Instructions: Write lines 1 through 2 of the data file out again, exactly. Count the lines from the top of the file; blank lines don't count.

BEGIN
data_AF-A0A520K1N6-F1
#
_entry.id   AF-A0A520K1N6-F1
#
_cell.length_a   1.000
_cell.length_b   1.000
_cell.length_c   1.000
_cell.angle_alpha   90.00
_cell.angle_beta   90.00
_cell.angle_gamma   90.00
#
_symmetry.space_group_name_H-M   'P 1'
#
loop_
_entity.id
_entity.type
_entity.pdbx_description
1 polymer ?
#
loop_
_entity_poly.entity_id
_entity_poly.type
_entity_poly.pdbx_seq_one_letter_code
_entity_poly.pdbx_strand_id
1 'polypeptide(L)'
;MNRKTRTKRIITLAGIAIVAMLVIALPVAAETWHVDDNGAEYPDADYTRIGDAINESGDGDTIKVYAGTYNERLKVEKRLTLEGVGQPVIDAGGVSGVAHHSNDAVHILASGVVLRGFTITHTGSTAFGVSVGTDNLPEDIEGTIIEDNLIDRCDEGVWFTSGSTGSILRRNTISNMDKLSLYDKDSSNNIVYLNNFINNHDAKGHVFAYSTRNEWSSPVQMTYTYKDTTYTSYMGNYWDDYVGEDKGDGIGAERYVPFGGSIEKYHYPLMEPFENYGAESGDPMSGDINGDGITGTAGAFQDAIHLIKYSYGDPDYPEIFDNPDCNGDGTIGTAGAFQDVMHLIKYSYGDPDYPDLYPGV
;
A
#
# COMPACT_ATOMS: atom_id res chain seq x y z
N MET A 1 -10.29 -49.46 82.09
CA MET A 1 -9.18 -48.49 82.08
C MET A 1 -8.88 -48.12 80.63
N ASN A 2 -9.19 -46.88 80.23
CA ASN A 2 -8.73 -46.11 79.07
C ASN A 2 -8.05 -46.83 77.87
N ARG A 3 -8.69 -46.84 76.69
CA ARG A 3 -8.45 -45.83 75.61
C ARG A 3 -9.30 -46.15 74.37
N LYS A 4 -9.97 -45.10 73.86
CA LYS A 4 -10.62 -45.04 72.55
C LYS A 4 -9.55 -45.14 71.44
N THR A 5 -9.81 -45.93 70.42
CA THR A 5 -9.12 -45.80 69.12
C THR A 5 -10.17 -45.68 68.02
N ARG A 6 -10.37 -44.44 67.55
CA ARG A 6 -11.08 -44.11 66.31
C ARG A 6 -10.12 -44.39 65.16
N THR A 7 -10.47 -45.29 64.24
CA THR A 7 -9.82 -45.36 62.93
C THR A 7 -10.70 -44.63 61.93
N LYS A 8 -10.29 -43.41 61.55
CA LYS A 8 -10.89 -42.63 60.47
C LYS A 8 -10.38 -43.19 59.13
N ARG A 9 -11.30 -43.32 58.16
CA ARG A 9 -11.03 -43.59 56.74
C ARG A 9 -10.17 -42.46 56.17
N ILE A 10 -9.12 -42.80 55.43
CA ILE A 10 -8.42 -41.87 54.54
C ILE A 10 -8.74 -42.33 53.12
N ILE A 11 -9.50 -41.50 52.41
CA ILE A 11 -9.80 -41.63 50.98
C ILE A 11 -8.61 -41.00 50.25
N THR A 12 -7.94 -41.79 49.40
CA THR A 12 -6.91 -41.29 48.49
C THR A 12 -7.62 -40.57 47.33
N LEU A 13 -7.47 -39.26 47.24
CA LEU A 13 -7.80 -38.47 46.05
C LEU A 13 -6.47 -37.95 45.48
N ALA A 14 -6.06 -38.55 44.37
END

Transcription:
data_AF-A0A520K1N6-F1
#